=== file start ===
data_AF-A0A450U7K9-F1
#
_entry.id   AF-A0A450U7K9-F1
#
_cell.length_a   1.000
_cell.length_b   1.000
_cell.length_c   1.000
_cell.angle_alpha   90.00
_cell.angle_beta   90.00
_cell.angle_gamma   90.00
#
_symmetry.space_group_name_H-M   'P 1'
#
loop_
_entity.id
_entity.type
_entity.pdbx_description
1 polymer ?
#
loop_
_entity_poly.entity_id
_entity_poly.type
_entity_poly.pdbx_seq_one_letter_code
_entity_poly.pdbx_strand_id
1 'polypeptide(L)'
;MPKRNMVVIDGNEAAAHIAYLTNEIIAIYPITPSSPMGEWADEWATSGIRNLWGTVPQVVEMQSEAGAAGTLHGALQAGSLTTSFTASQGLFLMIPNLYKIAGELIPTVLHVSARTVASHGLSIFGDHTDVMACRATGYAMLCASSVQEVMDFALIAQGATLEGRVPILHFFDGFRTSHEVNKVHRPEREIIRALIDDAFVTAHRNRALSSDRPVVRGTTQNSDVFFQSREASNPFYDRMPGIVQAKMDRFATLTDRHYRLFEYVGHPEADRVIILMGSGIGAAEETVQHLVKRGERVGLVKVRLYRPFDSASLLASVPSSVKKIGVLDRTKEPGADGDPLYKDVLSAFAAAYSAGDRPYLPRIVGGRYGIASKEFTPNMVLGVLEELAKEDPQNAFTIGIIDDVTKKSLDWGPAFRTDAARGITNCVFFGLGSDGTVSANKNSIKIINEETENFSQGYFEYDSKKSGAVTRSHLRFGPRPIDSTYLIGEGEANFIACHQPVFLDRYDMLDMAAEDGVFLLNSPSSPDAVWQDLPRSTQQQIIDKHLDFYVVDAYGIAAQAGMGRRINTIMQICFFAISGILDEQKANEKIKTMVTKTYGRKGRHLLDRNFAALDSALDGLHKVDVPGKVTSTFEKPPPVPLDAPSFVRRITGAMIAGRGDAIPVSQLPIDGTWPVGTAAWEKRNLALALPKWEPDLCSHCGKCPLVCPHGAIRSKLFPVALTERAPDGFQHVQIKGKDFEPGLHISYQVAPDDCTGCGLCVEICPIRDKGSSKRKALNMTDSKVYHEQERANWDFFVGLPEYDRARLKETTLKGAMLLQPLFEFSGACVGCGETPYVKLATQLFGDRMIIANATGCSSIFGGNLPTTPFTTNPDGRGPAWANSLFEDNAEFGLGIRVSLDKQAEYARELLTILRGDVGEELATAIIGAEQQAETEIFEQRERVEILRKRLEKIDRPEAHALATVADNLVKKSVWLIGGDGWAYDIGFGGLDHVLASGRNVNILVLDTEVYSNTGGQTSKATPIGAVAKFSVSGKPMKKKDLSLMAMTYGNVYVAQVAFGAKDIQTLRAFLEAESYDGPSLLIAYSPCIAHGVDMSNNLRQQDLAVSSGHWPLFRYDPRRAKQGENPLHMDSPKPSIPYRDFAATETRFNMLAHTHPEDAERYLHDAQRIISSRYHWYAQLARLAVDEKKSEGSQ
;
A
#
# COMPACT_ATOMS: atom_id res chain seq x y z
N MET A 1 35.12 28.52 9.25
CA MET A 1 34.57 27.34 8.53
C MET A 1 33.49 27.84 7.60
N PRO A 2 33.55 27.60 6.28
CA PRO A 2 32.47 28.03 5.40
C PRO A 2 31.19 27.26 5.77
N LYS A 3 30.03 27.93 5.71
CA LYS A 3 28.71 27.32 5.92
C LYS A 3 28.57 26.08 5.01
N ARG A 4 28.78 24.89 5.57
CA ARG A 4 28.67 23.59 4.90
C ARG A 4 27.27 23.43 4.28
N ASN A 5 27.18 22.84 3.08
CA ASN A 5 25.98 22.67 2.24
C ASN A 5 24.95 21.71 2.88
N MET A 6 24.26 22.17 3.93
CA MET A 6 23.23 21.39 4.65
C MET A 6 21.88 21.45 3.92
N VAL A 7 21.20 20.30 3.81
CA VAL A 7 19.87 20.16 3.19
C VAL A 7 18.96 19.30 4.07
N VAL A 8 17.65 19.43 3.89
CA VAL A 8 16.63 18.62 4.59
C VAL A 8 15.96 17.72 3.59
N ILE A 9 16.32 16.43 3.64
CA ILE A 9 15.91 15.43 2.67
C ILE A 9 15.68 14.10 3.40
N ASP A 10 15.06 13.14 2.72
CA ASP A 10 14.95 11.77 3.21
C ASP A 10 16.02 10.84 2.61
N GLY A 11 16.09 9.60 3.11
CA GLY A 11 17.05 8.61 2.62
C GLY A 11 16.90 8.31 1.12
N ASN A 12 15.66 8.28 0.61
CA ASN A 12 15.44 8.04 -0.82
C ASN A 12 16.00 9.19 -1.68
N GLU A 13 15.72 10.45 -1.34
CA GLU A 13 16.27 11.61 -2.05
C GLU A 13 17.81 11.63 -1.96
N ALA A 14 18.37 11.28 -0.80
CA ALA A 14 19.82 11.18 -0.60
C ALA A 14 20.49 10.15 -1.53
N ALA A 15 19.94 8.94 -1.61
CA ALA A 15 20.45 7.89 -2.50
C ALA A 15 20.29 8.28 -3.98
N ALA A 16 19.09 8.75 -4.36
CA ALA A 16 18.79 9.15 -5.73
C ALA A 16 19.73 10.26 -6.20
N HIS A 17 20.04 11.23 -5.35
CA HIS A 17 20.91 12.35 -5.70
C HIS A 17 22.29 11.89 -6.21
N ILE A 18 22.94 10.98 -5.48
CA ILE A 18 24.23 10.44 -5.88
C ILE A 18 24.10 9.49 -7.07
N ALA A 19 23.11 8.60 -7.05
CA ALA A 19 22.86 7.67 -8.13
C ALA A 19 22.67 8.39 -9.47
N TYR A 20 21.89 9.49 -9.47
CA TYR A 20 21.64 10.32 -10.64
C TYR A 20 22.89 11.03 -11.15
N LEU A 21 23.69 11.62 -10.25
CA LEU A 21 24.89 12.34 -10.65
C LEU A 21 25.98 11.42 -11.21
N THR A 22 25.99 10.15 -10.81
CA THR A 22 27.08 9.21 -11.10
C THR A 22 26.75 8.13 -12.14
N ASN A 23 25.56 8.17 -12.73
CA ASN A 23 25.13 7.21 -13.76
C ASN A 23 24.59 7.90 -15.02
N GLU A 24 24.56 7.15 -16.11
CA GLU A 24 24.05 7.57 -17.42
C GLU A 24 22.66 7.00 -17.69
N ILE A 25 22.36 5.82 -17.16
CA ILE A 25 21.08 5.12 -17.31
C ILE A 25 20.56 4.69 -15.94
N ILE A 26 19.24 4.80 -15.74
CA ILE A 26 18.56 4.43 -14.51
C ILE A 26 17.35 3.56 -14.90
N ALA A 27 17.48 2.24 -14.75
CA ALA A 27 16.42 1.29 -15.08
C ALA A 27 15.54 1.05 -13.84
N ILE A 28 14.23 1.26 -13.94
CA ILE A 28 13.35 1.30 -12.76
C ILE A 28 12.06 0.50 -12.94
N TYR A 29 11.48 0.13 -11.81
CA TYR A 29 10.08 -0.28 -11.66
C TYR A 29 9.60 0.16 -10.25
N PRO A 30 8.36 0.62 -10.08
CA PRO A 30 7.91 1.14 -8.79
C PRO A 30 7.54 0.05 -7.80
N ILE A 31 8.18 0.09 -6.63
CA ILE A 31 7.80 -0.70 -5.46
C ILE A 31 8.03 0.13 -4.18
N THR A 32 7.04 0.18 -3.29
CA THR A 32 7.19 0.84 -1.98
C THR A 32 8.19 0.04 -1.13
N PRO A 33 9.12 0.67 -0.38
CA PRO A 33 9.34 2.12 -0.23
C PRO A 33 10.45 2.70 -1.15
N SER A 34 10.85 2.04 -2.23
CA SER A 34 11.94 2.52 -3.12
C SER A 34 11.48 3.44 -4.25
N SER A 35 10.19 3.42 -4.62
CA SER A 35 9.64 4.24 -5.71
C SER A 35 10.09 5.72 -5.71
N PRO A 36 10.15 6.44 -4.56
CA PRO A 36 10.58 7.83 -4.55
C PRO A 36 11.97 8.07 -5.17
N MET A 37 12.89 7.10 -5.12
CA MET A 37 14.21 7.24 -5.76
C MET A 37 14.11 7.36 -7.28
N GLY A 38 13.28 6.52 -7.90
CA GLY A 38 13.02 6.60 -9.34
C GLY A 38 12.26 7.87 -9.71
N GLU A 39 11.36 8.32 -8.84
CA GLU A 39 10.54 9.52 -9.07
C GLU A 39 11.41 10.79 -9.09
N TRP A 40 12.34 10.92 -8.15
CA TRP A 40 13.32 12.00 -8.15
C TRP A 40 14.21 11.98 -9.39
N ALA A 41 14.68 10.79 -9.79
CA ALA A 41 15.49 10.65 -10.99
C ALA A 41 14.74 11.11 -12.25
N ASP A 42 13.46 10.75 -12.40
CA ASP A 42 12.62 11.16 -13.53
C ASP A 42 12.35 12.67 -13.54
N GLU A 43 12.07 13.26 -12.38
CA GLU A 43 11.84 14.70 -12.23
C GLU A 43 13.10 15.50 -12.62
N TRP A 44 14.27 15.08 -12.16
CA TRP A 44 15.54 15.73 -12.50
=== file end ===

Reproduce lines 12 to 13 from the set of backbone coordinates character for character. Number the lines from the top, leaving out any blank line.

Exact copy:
_symmetry.space_group_name_H-M   'P 1'
#